It is finally here. Yes the sun has been seen for more than one consecutive day and we’re being told to expect the hottest summer on record. A sign of this was my son arriving home with a sun safety leaflet from Cancer Research.
It was good advice; keep out of the sun during particularly hot spells, ensure the whole family is well covered up, with hats on at all times, and ensuring everyone applies high factor, high star rating, sunscreen. The only thing I noted wasn’t covered was the eyes. The image on the leaflet was of a mum with a hat and sunglasses but the children were only in hats, they had no eye protection. Yes, a hat will provide some cover but please parents, don’t forget about sunglasses.
Ultraviolet (UV) light is harmful to the eyes and continued exposure to UV light can lead to long-term damage. The damage caused by UV rays can start from a very young age, yet the damaging effects won’t be felt until after middle age. Now is the time to instill good habits. Think sun protection. Think sunglasses.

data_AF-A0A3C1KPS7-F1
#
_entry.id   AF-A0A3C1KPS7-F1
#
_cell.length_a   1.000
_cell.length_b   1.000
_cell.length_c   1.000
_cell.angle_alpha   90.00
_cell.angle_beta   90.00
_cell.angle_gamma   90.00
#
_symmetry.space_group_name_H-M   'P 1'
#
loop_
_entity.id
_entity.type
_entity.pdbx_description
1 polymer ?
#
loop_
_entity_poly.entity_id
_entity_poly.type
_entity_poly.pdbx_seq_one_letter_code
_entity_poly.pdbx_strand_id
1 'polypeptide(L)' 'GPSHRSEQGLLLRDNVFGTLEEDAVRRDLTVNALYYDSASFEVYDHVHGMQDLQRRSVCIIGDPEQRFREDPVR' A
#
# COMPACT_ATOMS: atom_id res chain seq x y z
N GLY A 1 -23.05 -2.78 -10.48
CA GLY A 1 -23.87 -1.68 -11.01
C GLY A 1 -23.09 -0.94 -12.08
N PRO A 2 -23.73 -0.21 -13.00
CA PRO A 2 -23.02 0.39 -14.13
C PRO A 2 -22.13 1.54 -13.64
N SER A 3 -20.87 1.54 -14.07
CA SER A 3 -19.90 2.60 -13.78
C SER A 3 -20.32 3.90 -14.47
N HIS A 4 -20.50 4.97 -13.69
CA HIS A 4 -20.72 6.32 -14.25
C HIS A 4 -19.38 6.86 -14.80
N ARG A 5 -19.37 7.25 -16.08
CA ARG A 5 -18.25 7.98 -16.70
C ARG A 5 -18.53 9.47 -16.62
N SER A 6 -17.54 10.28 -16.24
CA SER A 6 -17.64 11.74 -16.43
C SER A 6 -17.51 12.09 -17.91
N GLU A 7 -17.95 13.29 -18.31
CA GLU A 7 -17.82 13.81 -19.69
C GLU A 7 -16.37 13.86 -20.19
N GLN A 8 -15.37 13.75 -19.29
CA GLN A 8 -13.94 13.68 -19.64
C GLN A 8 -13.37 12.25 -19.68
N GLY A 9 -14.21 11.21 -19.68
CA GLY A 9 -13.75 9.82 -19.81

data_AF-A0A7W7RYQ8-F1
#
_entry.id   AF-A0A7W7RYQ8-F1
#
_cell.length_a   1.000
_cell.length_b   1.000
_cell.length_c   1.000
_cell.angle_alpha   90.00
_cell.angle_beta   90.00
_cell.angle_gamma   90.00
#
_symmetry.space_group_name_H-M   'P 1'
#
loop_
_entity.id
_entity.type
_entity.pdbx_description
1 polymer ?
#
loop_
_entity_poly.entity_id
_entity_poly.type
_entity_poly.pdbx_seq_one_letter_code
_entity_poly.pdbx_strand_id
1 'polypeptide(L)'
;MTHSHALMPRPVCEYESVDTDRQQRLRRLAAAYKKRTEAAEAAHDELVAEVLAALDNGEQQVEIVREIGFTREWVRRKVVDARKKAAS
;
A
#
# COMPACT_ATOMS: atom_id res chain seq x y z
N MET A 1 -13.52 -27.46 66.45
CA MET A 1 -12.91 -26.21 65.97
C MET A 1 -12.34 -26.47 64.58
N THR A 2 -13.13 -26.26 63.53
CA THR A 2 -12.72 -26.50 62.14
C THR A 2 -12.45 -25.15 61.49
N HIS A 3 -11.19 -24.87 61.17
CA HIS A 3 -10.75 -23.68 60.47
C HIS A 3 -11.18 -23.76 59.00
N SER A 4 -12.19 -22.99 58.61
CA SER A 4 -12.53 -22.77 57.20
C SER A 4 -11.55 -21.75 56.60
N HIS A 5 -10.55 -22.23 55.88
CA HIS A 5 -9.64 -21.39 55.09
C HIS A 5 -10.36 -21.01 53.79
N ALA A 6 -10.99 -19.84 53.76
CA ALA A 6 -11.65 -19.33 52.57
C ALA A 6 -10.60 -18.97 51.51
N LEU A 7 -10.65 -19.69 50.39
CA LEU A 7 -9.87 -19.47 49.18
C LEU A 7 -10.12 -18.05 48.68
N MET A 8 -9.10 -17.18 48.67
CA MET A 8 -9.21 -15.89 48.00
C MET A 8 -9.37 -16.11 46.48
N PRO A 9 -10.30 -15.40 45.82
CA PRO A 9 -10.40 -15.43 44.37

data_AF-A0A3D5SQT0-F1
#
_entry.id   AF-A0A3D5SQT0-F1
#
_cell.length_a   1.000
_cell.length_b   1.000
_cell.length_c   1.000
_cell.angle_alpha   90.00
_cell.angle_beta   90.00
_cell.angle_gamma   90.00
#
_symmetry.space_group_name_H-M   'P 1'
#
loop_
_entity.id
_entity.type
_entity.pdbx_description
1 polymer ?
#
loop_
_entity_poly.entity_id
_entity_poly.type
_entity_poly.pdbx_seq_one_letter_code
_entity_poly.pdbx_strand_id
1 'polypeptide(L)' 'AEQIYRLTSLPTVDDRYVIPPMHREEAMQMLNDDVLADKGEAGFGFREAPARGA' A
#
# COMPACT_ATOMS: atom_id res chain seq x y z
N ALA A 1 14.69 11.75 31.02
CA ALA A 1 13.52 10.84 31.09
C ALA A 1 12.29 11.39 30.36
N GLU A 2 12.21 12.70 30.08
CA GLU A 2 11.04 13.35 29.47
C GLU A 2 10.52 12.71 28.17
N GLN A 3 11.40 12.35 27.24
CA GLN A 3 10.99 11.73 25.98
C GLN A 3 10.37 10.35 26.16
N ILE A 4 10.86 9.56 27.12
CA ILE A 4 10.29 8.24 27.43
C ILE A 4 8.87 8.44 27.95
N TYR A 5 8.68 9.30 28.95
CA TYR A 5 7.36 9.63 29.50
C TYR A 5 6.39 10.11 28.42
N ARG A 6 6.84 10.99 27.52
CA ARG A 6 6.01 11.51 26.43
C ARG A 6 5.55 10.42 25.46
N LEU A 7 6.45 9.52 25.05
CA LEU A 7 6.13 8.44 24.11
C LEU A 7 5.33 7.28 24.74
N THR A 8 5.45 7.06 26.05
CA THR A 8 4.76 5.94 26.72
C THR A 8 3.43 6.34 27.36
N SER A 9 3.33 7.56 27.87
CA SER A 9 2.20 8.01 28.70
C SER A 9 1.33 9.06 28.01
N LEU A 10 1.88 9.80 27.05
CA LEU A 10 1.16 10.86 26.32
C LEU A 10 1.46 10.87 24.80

I know it can be a challenge. I have seen the long-term damage UV can have on the eyes, so advise that children wear sunglasses from a young age. We all know that children, especially babies and toddlers, sometimes they toss them aside and it turns into a game… That’s why the hat, sunglasses combination gives you the best chance of ensuring some protection remains at all times. There are some good character sunglasses available which should hopefully entice your little ones to wear theirs. That said not all sunglasses are created equal. Here are a few pointers to note before you buy sunglasses:
- Make sure the glasses you buy meet EU and British Standard, blocking out 100% of UV light.
- A study by Which? a few years back highlighted the issues that can be faced from buying some cheap high street glasses. That said there are many low cost options out there just make sure you look for 100% UVA and UVB protection.
- For babies and toddlers, wrap around glasses like Baby Banz are especially good to ensure they remain on, as well as protecting against peripheral glare.
- UV rays also affect the delicate skin around the eye area. Jackie O had the right idea. Bigger is better when sunglasses are concerned as more of this delicate area is covered and therefore protected.
- Darker lenses don’t mean better protection. In fact the darkest of lenses are too dark for wearing whilst driving so watch out for that.
Cameron Optometry stocks a range of sunglasses for all ages. Please pop in anytime to browse.